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Selena Ride 39; Wizard Session 109; JR Session 56: Circus Boy

October 19, 2009

Wizard the Trick Pony

Saturday, 10/17/09

The rainy spell is not over yet! It was another chilly night at the barn. I put my quarter sheet on Selena and we rode indoors with Mary the Morgan for a little less than an hour. Some rides are shorter with more intense work and some rides are longer with more walk breaks.

Our barn is hosting a Parelli clinic over the weekend. There are a few of the Parelli obstacles in the arena, like a platform, a car wash, and a pedestal. After investigating the Parelli toys, we began the ride with our usual walking warmup, starting on a loose rein. When she felt loosened up, we began our trot work, stretching, accepting contact, and eventually asking for more impulsion. To get the motor working, I asked for the forward trot on the long sides and a working trot on the short sides, followed by walk-trot transitions. We rode a few figure 8s and serpentines. There were two poles set up next to each other like an equal (=) sign and we rode through them, focusing on straightness. There were also a few traffic cones set up in a line- we zigzagged through them- she has catlike agility and I could feel her gathering herself with each turn.

During one of our walk breaks, we practiced lateral work- leg yields, then shoulder-in. Selena was focused, forward and supple- we did three trot-canter transitions in each direction. With each ride, her canter work is improving- less rushed, more balanced. At the end of the ride, she was just barely breaking a sweat and she was steaming in the chilly night air. I cooled her out, and put her sheet back on, and put her to bed.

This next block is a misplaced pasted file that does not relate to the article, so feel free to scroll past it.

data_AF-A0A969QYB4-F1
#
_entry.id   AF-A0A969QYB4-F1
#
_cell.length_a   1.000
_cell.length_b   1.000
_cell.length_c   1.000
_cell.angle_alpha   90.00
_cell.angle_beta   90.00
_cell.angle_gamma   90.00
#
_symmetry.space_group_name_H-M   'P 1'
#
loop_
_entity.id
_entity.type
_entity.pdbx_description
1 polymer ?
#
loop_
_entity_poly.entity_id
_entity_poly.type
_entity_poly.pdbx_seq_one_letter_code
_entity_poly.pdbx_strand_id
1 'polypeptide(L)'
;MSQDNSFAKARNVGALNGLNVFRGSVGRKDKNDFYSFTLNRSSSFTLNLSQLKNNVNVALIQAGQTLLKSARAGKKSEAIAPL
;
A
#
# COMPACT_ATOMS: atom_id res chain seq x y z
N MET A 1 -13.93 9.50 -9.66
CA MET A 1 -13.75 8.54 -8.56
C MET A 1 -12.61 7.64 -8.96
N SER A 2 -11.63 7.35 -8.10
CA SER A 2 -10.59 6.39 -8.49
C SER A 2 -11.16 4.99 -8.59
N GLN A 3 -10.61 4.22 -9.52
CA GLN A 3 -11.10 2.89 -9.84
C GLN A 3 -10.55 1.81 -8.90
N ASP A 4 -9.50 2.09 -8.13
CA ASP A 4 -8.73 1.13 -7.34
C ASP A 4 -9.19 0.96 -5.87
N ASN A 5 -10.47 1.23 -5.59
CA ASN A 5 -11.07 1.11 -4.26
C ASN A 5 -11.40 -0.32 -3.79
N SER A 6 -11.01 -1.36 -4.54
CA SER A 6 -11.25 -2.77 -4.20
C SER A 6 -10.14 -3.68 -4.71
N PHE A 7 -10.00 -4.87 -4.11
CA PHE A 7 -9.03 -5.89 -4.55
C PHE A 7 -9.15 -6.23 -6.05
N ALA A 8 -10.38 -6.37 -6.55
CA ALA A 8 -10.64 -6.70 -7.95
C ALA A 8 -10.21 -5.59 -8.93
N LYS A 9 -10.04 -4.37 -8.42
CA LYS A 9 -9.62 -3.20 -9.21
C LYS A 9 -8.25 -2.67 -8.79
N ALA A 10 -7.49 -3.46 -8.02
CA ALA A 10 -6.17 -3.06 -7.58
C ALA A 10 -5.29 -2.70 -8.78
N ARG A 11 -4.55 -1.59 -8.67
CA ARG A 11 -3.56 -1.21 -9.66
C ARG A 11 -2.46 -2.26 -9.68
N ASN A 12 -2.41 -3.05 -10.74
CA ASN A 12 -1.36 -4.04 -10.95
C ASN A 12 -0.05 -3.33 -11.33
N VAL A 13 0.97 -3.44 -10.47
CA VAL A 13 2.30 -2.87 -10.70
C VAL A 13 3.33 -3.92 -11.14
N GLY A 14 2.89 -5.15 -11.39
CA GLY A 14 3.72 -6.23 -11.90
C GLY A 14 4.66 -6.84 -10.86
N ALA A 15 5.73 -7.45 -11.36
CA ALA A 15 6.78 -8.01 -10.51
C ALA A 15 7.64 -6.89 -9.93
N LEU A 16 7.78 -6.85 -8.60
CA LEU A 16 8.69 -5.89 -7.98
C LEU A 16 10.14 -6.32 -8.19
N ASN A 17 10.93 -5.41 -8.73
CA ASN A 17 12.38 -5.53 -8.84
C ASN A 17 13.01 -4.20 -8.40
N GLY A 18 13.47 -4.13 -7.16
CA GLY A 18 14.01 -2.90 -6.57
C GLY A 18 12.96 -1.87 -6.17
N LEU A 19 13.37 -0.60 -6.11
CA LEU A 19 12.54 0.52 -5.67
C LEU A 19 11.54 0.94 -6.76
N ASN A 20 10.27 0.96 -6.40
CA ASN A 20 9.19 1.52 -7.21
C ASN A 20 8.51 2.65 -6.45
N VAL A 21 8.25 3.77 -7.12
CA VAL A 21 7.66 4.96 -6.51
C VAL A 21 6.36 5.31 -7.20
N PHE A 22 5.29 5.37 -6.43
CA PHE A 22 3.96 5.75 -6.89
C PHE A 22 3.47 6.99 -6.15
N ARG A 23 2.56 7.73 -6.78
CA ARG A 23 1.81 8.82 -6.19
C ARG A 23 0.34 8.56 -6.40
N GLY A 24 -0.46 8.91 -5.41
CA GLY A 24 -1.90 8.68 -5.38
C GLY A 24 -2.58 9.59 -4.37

My goal with Wizard and JR was to teach them how to stand their front feet on a pedestal. They had never seen a *real* pedestal before. We have a flat wooden stand that is made of a packing skid with wood on the top. This drum-type pedestal was new to them. For safety, it had a rubber mat on the top.

I was not sure if Wizard would be comfortable enough to learn the behavior in one night but I mapped out a plan and gave it a shot. This is how we worked on the pedestal:

– Wizard sniffs the pedestal out of curiosity. Click, treat.
– Wizard paws the pedestal out of curiosity. Click, treat.
– Any forward motion toward the pedestal. Click, treat.
– I lifted his hoof and touched it to the pedestal. Click, treat.
– He lifted his hoof and put it on the pedestal. Click, treat.
*** Gave him a short break so he could process the information ***
– Lifted his foot on the pedestal and pet him as he held it on the pedestal. Click, treat.
– He stepped up and placed both feet on the pedestal. Click, treat, treat, treat, treat!

Once he was up there, he looked around and seemed quite pleased with the situation as if to say, “Hey! I’m 18 hands tall! This is cooool!” His dismount was graceful and he stepped back on when I asked and seemed eager to perform his new trick.

The whole thing took about 15 minutes, no halter, just a clicker, carrots, and my hands to guide the hoof on the pedestal the first few times.

And for my next trick...

JR picked up the behavior a little faster than Wizard. I think his combination of confidence, agility, and food-motivation worked in his favor.

JR is ready for the circus

And Mary the Morgan learned the Pedestal Trick in two clicks!

Mary on the Pedestal (taken by a camera phone)

Mary on the Pedestal (taken by a camera phone)

Time for the circus. Or perhaps Tommie Turvey will take us on the road…

Tommie Turvey and Joker

Tommie Turvey and Pokerjoe in their famous comedy skit: "The Riding Instructor"

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